My family didn't really go on hikes. My father's idea of a hike is a long walk from the couch to the kitchen.
My wife's family likes to go on hikes which are nice little mile or so walks usually around a lake or other flat area. When Larry Cohen invited me and my wife (and our dog, Yeti) on a hike in Park City, I thought we could handle it. Six hours later, I decided I wouldn't go on a "hike" without clarification first.
When you and your partner agree to play a convention, it's not enough to say "Blackwood" or "Stayman". You need to know what each of you think those terms mean.
Stayman is perhaps the most important convention we play. It's also one of the first most players learn. But saying, "we play Stayman" isn't enough. There are a lot of auctions that involve Stayman and require discussion or further learning. Below is a complete guide to Stayman and it's followups. You don't have to learn all of it and I marked parts that I think are only for more advanced players with an asterisk. Here's the most important basic thought: once you use Stayman, a new suit on the 3-level is game forcing. New suits on the 2-level require agreement. Raise if partner bid the suit you wanted them to bid.
Okay, now we're going to get into the deep stuff, below. You've been warned.
First, let's talk about a surprise Stayman hand*. You hold:
Partner opens 1NT. You might already have your pass card out. Wait one second. This is a Stayman hand! Won't you be happier playing in 2, 2 or even 2 than playing in 1NT? Yes. So bid 2 and pass partner's response. This might fail occasionally (partner sometimes has five or six decent clubs), but will improve the contract a majority of the time. Your partner needs to understand that you might do this and not double if the opponents compete.
That's the one wrinkle to responder's first bid. Let's go back to opener. Opener's ONLY responses to Stayman are 2, 2 or 2. I see too many 2NT bids or jumps with a 5-card suit. See that hand above? Remember partner might have that before you get too excited.
We arrive at responder's rebid. We're at this point in the auction: 1NT--2--P--2/2/2--P--?
Let's discuss responder's choices after each of opener's bids.
After 2 by Opener
What does 2* by the responder mean? It used to be invitational with five hearts and four spades. Now, many players use it as "crawling" or "garbage" Stayman, showing a weak hand with both majors. Discuss with your partner. What about 2*? This could be invitational with spades and hearts. Experts like to use this sequence to show an unbalanced invite with JUST 5 spades, e.g.
2NT-Natural and invitational
3/3: Natural and game forcing. You would do this with four of a major and a 5+-card minor typically.
3/3: This is sometimes used as the convention "Smolen". It should shows 5 of one major and four of the other and is game forcing. Whether it shows five-of-the-bid-suit or not is a matter for discussion.
3NT--We know that one
4NT--Quantitative, invitational to slam if partner likes their hand.
I'm skipping 4/4/4/4 even though you might use them as delayed Texas or some other thing. You don't need to have all of these mean anything and I recommend skipping them until we have the other auctions down.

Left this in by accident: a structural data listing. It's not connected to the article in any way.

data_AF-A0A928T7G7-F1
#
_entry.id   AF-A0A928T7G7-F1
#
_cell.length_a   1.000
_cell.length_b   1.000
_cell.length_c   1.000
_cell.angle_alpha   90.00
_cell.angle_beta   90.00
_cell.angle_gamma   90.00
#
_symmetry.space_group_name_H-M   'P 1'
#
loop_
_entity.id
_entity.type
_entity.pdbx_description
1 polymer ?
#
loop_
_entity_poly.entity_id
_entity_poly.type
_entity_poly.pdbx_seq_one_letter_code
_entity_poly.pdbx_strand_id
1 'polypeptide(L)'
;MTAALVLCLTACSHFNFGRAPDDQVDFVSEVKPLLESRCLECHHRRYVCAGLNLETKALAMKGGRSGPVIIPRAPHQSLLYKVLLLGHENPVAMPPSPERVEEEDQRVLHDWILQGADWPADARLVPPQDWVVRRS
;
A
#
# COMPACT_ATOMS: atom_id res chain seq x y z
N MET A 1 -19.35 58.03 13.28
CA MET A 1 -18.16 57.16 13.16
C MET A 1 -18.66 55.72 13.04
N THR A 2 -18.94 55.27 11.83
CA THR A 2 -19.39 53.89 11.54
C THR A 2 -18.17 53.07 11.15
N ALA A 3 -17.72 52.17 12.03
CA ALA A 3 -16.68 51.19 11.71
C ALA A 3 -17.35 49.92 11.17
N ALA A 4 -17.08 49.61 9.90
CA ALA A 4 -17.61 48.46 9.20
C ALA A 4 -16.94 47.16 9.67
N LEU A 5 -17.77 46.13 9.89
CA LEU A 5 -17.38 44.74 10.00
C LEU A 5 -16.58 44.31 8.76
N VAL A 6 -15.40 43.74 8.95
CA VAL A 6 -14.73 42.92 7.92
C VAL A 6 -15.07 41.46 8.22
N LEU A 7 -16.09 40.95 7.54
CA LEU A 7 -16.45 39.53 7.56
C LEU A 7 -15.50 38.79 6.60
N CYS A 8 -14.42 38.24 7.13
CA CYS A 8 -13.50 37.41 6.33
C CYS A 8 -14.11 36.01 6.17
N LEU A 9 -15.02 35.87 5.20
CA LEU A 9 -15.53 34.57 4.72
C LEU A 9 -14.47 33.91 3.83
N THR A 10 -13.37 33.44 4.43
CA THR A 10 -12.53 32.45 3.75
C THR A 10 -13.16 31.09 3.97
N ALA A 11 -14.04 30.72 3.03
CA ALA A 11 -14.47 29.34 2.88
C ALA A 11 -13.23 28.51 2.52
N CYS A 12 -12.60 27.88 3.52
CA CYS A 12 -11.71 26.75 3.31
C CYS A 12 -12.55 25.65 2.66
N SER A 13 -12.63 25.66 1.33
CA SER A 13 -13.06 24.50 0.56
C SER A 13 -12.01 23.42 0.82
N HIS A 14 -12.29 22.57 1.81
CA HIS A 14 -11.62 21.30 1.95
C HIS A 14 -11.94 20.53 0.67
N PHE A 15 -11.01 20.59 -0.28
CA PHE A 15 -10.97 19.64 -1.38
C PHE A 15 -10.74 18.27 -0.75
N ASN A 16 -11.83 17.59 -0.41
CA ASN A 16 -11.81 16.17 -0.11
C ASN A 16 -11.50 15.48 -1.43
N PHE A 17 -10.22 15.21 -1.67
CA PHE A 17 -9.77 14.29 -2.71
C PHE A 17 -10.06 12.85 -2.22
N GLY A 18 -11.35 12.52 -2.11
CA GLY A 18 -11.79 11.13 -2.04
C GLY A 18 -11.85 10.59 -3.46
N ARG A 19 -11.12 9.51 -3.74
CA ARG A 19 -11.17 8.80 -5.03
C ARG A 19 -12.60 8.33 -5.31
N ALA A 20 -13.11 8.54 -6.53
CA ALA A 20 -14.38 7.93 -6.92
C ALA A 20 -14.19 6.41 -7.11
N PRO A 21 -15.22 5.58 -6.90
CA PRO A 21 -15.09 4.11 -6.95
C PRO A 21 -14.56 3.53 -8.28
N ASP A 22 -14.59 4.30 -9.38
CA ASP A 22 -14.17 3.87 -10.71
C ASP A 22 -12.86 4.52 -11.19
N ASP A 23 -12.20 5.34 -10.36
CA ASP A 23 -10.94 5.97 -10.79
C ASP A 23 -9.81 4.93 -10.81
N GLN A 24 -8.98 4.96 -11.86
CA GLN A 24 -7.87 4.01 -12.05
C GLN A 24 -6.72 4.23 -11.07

After 2 By Opener
Alright let's go back and keep moving with Stayman. Now our auction starts 1NT--P--2--P--2--P--?.
2*--This could be that unbalanced spade invite I discussed after opener's 2 response. Need agreement. Some play it's just invitational with 4 spades, which might be useful if you play 4-way transfers. If you don't play them (or have never heard of them) then don't worry. You don't have to make this bid.
2NT-- Natural invite, DENIES four hearts.
3/3--Natural, forcing AND shows 4 spades, not four hearts. With hearts, you raise.
3-- Invitational to game in hearts
3-- Our most underused bid. This is NOT natural. It can't be, partner will know you had spades with your next bid of clubs/diamonds/notrump! This is how you show a great hand with support for hearts. Having this tool available makes life so much easier.
3NT-- Shows game going values and four spades, not four hearts. With four hearts and game going values, bid 4!
4/4*-- Need agreement. Splinter would be my guess without agreement. Some experts play these as either slam tries or even keycard.
4-- Yup, let's play 4.
4NT-- QUANTITATIVE! You can set trumps by bidding 3 first. Notice how nice this will be for us with a hand like:
After 2 By Opener
Lastly, the auction 1NT--P--2--P--2
We'll play everything the same as over 2. The exception, of course, is that now 3 sets spades as trump and 3 is natural and invitational.
Alright! We've probably added some complications to your knowledge of Stayman. I tried to mark where I don't think you need to spend too much time. A few takeaways:
-New suits on the 3-level are always some kind of forcing bid
-If partner responds with a major, the way to show a raise and slam interest is to bid 3 of the other major.
-Notice how I didn't include any Gerber options? Good! You shouldn't care so much about aces. Quantitative invites are much more useful as partner may have enough aces for slam, but a bad hand meaning slam is unplayable. If partner has a good hand, that likely includes whatever aces you'll need.
We didn't deal with interference here. There are various methods to play, but I recommend learning this material first.